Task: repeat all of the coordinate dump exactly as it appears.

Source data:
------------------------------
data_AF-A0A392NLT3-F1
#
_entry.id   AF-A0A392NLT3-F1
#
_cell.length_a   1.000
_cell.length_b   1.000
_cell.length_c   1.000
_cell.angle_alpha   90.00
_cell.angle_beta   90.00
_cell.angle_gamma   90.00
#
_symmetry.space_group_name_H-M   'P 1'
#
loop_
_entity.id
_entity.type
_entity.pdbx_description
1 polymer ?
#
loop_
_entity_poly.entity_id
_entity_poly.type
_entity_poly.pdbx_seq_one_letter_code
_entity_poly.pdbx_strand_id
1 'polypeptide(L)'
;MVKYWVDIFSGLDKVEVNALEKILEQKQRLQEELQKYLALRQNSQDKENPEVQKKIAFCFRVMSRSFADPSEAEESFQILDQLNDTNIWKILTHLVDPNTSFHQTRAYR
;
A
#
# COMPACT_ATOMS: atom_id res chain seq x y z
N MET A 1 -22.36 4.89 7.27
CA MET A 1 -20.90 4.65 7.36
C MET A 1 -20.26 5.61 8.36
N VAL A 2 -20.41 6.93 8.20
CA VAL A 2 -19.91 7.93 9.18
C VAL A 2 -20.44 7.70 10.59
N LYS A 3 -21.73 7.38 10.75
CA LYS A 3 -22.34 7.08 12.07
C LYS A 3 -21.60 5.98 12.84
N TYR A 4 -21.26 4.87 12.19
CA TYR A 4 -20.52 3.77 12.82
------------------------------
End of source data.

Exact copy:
data_AF-A0A392NLT3-F1
#
_entry.id   AF-A0A392NLT3-F1
#
_cell.length_a   1.000
_cell.length_b   1.000
_cell.length_c   1.000
_cell.angle_alpha   90.00
_cell.angle_beta   90.00
_cell.angle_gamma   90.00
#
_symmetry.space_group_name_H-M   'P 1'
#
loop_
_entity.id
_entity.type
_entity.pdbx_description
1 polymer ?
#
loop_
_entity_poly.entity_id
_entity_poly.type
_entity_poly.pdbx_seq_one_letter_code
_entity_poly.pdbx_strand_id
1 'polypeptide(L)'
;MVKYWVDIFSGLDKVEVNALEKILEQKQRLQEELQKYLALRQNSQDKENPEVQKKIAFCFRVMSRSFADPSEAEESFQILDQLNDTNIWKILTHLVDPNTSFHQTRAYR
;
A
#
# COMPACT_ATOMS: atom_id res chain seq x y z
N MET A 1 -22.36 4.89 7.27
CA MET A 1 -20.90 4.65 7.36
C MET A 1 -20.26 5.61 8.36
N VAL A 2 -20.41 6.93 8.20
CA VAL A 2 -19.91 7.93 9.18
C VAL A 2 -20.44 7.70 10.59
N LYS A 3 -21.73 7.38 10.75
CA LYS A 3 -22.34 7.08 12.07
C LYS A 3 -21.60 5.98 12.84
N TYR A 4 -21.26 4.87 12.19
CA TYR A 4 -20.52 3.77 12.82